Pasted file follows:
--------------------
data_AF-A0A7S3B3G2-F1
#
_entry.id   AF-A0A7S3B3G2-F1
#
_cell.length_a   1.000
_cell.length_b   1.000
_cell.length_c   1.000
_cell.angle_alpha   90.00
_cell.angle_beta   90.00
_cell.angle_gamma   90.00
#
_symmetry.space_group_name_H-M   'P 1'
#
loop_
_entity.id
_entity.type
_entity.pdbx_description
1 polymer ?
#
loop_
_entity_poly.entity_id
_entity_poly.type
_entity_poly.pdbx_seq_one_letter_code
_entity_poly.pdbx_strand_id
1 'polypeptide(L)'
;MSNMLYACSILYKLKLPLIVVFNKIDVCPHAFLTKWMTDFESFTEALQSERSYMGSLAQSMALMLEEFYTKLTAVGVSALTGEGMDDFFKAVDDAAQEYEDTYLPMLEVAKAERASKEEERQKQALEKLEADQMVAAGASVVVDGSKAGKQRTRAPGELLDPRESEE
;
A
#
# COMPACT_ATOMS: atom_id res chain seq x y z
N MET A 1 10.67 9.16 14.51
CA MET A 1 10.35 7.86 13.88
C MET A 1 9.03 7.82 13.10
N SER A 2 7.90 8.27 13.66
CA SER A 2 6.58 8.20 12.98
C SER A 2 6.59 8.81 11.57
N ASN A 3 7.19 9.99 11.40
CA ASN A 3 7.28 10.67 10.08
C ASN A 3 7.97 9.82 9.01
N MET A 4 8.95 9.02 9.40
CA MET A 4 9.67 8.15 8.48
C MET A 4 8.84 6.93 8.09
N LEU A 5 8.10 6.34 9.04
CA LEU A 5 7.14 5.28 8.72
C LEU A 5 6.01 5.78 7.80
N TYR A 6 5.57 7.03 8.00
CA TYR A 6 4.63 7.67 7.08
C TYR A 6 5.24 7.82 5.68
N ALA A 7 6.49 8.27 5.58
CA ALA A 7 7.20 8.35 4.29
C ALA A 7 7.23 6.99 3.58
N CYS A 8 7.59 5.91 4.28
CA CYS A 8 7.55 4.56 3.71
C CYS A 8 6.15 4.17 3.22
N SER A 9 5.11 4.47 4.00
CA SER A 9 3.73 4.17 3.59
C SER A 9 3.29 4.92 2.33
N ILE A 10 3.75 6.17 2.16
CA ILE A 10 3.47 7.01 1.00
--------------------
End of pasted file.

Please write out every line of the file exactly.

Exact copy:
data_AF-A0A7S3B3G2-F1
#
_entry.id   AF-A0A7S3B3G2-F1
#
_cell.length_a   1.000
_cell.length_b   1.000
_cell.length_c   1.000
_cell.angle_alpha   90.00
_cell.angle_beta   90.00
_cell.angle_gamma   90.00
#
_symmetry.space_group_name_H-M   'P 1'
#
loop_
_entity.id
_entity.type
_entity.pdbx_description
1 polymer ?
#
loop_
_entity_poly.entity_id
_entity_poly.type
_entity_poly.pdbx_seq_one_letter_code
_entity_poly.pdbx_strand_id
1 'polypeptide(L)'
;MSNMLYACSILYKLKLPLIVVFNKIDVCPHAFLTKWMTDFESFTEALQSERSYMGSLAQSMALMLEEFYTKLTAVGVSALTGEGMDDFFKAVDDAAQEYEDTYLPMLEVAKAERASKEEERQKQALEKLEADQMVAAGASVVVDGSKAGKQRTRAPGELLDPRESEE
;
A
#
# COMPACT_ATOMS: atom_id res chain seq x y z
N MET A 1 10.67 9.16 14.51
CA MET A 1 10.35 7.86 13.88
C MET A 1 9.03 7.82 13.10
N SER A 2 7.90 8.27 13.66
CA SER A 2 6.58 8.20 12.98
C SER A 2 6.59 8.81 11.57
N ASN A 3 7.19 9.99 11.40
CA ASN A 3 7.28 10.67 10.08
C ASN A 3 7.97 9.82 9.01
N MET A 4 8.95 9.02 9.40
CA MET A 4 9.67 8.15 8.48
C MET A 4 8.84 6.93 8.09
N LEU A 5 8.10 6.34 9.04
CA LEU A 5 7.14 5.28 8.72
C LEU A 5 6.01 5.78 7.80
N TYR A 6 5.57 7.03 8.00
CA TYR A 6 4.63 7.67 7.08
C TYR A 6 5.24 7.82 5.68
N ALA A 7 6.49 8.27 5.58
CA ALA A 7 7.20 8.35 4.29
C ALA A 7 7.23 6.99 3.58
N CYS A 8 7.59 5.91 4.28
CA CYS A 8 7.55 4.56 3.71
C CYS A 8 6.15 4.17 3.22
N SER A 9 5.11 4.47 4.00
CA SER A 9 3.73 4.17 3.59
C SER A 9 3.29 4.92 2.33
N ILE A 10 3.75 6.17 2.16
CA ILE A 10 3.47 7.01 1.00